Gated communities: the privatisation of residential areas should be welcomed

Published on the Institute of Economic Affairs blog, September 2008

The aerial photograph on the company’s website shows a small residential area located on a riverbank, surrounded by trees and pastures. But the idyllic impression is deceptive. This estate has sparked huge controversy. Arcadia Potsdam is Germany’s first gated community.

When Arcadia opened in 2006, it provoked sharp media criticism. The Süddeutsche Zeitung daily, for example, spoke of “class-segregation”, “residential disintegration” and the “privatisation of public living space”. The critics argued that gated communities were a symptom of increasing social polarisation and fragmentation.

These critics assumed that gated communities in Western countries would be essentially the same as those in Rio de Janeiro or Johannesburg. But had they examined the well-developed American market for privately-owned residential areas, they might have noticed that people’s motivations to choose this way of living are, in fact, very diverse.

Besides communities focused on security, the US-market has a large number of “lifestyle communities”, catering for golfers, anglers, retirees, young families and nature lovers. They offer a particular set of local amenities and a specific code of conduct, tailored to the preferences of the inhabitants. There are at least two advantages over a “conventional” residential area.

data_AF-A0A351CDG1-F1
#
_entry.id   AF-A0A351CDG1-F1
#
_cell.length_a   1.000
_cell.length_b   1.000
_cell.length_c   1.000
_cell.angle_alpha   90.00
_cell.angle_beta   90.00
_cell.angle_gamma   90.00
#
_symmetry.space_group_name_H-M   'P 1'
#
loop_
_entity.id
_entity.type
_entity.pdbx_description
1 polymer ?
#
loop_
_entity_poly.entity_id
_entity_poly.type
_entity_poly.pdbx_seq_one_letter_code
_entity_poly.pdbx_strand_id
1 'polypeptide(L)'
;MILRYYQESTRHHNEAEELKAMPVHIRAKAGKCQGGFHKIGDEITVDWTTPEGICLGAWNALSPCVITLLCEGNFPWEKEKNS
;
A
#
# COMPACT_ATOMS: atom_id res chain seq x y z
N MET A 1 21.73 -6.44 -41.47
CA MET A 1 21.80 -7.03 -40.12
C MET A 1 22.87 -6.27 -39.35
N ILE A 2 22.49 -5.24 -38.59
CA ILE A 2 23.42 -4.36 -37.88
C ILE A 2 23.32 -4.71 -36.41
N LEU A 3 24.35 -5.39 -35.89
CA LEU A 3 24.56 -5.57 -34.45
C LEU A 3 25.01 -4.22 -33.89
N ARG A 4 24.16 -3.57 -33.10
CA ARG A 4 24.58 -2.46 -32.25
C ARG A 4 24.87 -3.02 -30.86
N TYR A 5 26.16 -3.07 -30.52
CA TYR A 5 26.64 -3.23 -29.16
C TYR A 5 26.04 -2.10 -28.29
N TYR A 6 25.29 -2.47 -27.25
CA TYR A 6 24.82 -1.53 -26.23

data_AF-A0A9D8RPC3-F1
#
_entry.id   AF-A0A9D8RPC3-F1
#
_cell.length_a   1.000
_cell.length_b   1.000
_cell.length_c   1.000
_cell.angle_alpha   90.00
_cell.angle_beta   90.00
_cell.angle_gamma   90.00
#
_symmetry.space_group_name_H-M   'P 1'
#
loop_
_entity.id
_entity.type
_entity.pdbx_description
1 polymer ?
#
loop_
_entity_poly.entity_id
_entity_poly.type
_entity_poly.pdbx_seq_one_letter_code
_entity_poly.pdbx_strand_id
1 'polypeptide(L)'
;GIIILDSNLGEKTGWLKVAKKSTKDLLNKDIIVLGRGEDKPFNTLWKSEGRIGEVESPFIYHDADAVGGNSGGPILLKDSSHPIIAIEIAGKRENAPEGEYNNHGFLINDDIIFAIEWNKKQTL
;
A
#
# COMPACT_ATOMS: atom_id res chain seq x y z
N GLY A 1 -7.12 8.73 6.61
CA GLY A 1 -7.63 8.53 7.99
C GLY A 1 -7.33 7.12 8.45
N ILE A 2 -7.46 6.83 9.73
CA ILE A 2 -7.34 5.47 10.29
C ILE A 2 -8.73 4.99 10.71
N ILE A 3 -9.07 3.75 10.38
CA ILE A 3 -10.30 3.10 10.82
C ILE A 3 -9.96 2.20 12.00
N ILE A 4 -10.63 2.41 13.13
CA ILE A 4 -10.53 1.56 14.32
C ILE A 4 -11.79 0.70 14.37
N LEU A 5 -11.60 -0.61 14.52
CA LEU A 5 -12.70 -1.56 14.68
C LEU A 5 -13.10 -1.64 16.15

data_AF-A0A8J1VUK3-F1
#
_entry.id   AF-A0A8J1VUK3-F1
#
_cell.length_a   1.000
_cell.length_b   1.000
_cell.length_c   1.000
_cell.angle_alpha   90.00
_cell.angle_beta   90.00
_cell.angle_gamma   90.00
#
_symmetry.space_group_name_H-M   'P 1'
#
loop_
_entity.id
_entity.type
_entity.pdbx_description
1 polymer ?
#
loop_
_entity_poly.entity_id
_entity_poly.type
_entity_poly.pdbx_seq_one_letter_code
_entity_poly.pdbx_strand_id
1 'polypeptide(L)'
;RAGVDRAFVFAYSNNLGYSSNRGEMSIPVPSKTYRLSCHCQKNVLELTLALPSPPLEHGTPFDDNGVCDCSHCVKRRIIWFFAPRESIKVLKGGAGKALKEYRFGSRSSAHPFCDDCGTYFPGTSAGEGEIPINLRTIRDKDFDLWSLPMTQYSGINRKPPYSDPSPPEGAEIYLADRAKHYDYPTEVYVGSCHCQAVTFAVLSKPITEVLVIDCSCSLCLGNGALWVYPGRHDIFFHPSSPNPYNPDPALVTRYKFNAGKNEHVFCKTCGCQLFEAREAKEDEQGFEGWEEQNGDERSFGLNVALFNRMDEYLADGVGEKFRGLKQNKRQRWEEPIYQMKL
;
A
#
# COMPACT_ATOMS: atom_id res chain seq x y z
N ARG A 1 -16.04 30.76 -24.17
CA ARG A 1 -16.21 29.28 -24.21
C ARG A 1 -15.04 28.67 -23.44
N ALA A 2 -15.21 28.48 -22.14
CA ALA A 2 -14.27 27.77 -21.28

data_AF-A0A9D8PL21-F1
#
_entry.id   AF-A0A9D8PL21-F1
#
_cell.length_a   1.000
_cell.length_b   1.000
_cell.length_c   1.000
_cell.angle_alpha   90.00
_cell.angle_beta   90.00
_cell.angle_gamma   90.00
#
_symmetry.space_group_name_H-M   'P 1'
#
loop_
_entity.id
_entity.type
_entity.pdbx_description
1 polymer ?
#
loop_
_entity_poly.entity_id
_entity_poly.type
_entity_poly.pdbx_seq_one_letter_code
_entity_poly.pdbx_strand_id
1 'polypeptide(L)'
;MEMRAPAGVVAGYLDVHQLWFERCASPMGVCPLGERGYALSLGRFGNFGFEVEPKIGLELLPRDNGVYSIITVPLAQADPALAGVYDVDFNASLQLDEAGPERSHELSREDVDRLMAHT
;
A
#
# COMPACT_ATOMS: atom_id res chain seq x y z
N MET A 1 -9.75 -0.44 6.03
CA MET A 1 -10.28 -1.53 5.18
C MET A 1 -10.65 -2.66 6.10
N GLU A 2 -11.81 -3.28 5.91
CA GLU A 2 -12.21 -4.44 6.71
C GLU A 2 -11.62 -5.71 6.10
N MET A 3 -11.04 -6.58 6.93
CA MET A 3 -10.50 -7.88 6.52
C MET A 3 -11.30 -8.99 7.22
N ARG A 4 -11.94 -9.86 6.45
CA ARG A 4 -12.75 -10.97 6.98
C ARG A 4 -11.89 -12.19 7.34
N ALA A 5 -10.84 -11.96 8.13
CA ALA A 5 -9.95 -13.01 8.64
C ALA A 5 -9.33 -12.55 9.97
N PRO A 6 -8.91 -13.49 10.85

Firstly, the gated community is an elegant way of solving the conflict between users of residential space with different preferences. For example, an area of limited space cannot, at the same time, have strict noise regulations for older people and very permissive ones for families with small children.

Secondly, the capitalised value of a gated community is a function of the residents’ satisfaction. It is thus in the owners’ economic self-interest to find out which local amenities and codes of conduct their residents desire most.

Accordingly, analysis of the American Housing Survey shows that inhabitants of gated communities are more satisfied with their place of domicile and its surroundings than residents of other neighbourhoods. Moreover, gated communities are not enclaves for the rich. Once renters are included, the lowest income quintile displays the greatest proportion of gated-community residents.

The criticisms of gated communities are therefore flawed. The emergence of many more Arcadias in the near future will be of great benefit to those seeking a living environment more closely tailored to their individual tastes.